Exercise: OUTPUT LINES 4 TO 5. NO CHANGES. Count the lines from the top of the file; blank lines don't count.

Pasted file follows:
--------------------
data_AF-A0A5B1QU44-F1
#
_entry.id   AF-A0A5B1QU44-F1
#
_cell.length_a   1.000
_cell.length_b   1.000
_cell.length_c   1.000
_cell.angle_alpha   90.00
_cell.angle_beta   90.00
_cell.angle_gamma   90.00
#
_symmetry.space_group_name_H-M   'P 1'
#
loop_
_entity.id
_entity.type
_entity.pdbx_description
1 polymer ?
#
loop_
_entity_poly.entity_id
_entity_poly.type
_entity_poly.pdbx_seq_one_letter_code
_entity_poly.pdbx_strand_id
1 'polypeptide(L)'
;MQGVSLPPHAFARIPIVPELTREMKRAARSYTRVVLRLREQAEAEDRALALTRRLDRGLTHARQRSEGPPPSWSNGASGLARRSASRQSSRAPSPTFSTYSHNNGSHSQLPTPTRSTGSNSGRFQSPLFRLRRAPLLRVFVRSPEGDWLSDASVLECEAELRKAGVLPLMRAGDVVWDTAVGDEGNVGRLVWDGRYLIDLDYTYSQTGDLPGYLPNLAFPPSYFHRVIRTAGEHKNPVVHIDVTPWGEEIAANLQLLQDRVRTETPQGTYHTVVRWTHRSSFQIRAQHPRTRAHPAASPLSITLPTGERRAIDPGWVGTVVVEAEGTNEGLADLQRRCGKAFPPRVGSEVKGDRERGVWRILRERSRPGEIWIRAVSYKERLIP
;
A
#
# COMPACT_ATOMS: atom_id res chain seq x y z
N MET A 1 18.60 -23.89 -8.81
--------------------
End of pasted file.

#
_cell.length_a   1.000